While it might not have the focus it should have, Go Grandriders’ heart is very much in the right place.
“He used to be in a lieutenant in the Japanese forces. I was a nationalist soldier… Sixty years ago we were enemies, now we’re touring the island together.”
It’s often said that the elderly, despite their newfound social independence, are unable to exlore the world or live lives the way they would have wanted to in their youths. Their age makes it risky and dangerous for them to go forth into the world alone. We picture them as helpless as infants, and confine them to care centres when all they want to do is go out and have some fun. Motorcycling around the country with only a handful of carers by their side? Piece of cake!
That’s the central premise behind the Taiwanese documentary Go Grandriders!, which focuses on a team of elderly men and women who decide to take a tour around Taiwan on motorbikes (or rather scooters). Together they have an average age of 81 (with 89 being the oldest member) and a combined age of well over a thousand. The movie documents their 13-day 1178-km tour, and the troubles they find themselves in, all the while we get to know the riders: there’s a man who trained kamikaze pilots in the second world war, two men who fought on opposite sides as soldiers, an expert calligrapher, a pastor and plenty of others, each providing their own thoughts, musings and stories throughout.
Go Grandriders!’ biggest strength is in its’ colourful cast, which are all a bundle of fun and incredibly endearing to watch. The documentary falls in at just under 80 minutes, which makes for a short and sweet film, but when you’re dealing with what is essentially 17 main characters it’s difficult to allocate them all the appropriate amount of screen time. Naturally, quite a few get spotlighted more than the others. This is true of the gung-ho captain, the man who is doing this for his deceased wife, and one or two others. The rest have supporting roles, or cameos with only a line or two every so often. It’s a tricky balance to have and frankly this probably the best choice.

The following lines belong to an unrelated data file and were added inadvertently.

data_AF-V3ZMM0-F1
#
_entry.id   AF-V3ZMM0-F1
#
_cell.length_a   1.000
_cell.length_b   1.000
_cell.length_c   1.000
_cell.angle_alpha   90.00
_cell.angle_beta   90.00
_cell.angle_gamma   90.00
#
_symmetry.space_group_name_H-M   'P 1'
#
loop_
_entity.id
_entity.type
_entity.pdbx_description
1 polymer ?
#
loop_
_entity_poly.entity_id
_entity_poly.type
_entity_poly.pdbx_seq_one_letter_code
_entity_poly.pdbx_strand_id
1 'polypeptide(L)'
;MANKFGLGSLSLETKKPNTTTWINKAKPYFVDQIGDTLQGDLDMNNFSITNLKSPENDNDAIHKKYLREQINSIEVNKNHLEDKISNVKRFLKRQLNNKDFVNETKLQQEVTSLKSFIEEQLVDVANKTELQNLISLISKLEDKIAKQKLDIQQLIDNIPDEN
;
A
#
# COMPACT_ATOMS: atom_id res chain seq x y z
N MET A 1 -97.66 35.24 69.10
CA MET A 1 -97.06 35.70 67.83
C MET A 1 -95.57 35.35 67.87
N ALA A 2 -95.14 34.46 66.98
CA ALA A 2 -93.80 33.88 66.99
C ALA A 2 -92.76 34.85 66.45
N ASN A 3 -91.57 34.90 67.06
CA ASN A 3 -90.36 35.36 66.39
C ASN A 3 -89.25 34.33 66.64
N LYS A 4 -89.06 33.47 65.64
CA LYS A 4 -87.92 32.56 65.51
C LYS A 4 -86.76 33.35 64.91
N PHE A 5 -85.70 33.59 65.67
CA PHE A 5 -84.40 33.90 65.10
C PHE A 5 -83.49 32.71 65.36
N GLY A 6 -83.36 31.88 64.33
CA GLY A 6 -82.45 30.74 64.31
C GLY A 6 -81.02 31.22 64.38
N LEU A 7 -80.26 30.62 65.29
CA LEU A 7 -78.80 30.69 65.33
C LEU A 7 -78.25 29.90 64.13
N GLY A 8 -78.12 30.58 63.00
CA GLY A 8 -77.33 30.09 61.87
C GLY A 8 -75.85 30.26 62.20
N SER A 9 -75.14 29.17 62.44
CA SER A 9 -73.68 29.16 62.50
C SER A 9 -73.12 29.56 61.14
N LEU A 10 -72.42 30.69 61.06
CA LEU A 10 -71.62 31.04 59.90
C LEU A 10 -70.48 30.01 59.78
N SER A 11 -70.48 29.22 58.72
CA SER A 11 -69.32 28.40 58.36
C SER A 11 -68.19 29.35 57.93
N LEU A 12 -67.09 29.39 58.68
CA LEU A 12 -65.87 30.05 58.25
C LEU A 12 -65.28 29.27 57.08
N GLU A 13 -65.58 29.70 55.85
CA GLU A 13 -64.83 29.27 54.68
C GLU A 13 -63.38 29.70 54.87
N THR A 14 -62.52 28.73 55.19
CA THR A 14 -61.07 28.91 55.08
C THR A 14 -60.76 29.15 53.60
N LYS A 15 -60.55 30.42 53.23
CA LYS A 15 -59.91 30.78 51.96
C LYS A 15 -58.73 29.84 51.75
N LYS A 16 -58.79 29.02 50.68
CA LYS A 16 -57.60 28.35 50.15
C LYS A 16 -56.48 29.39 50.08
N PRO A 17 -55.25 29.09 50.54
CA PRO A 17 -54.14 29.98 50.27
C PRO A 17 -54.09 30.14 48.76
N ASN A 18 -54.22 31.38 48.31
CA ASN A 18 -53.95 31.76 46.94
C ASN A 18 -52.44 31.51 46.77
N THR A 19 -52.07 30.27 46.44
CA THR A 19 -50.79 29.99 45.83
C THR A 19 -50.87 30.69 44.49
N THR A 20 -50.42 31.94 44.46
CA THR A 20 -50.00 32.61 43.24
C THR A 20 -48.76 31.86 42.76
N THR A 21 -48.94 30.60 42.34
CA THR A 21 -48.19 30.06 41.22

It also doesn’t help that after a while it does become a bit tricky to tell one incredibly old Asian man from another, especially when there are over a dozen of them. But it doesn’t really matter because we’re not really here to witness any great character arcs or anything, although there are a couple. Watching the captain break down because he unable to continue with his friends for a few days due to ulcers is a heartrending moment, and you want nothing more than to see him back in action with the crew. Focusing on two or three grandriders makes it easier for the audience to sympathise with them, and the ones they chose – including that guy’s promise to bring his deceased wife on the trip – are well done.
My biggest criticism of the movie would be that it doesn’t do a lot with its central premise: that the elderly as capable as anyone else, and shouldn’t be left to rot in a home. It pops up here and there, in a voiceover or a pretty touching scene involving one man in a wheelchair, but they come across as shallow. And this is necessarily a bad thing: shallow can be perfectly acceptable and works fine in this context, but at the end of the day, Go Grandriders! doesn’t have as much to say as it thinks it does. Instead, what it is a touching story filled with genuine emotions and a cast of sincere, likeable people. And it doesn’t need anything else.
The movie’s best moments are when it lets itself go with the flow, and shows these people at their happiest, or saddest. “They might look healthy, but that could all change in days,” states one of the carers assigned to follow them, and it’s true. Where Hua Tien-hao’s movie shines is how it presents all of the events in a matter-of-fact fashion instead of opting for easy emotions: the drama comes easy enough, after all. The people in this movie are quite sentimental and nostalgic as it is, and leaving them to tell their stories when they see it is the best choice the film could have made.
Verdict: Go Grandriders! isn’t saying anything new or phenomenal, but it is a purely delightful and honest film that shines when it’s not trying too hard.
The Asian Cinema Critic’s Patented Rating’s System
Overall entertainment: 7.5/10
Violence: Three hospital visits
Sex: None on-screen. Who knows what went down after lights-out?
Dust in eyes: Plenty
Elderly wisdom: Also plenty
Wisdom of choice: “A bit of rain won’t kill me. It’s not like it’s raining knives.”
Go Grandriders! (2012)
Director: Hua Tien-hao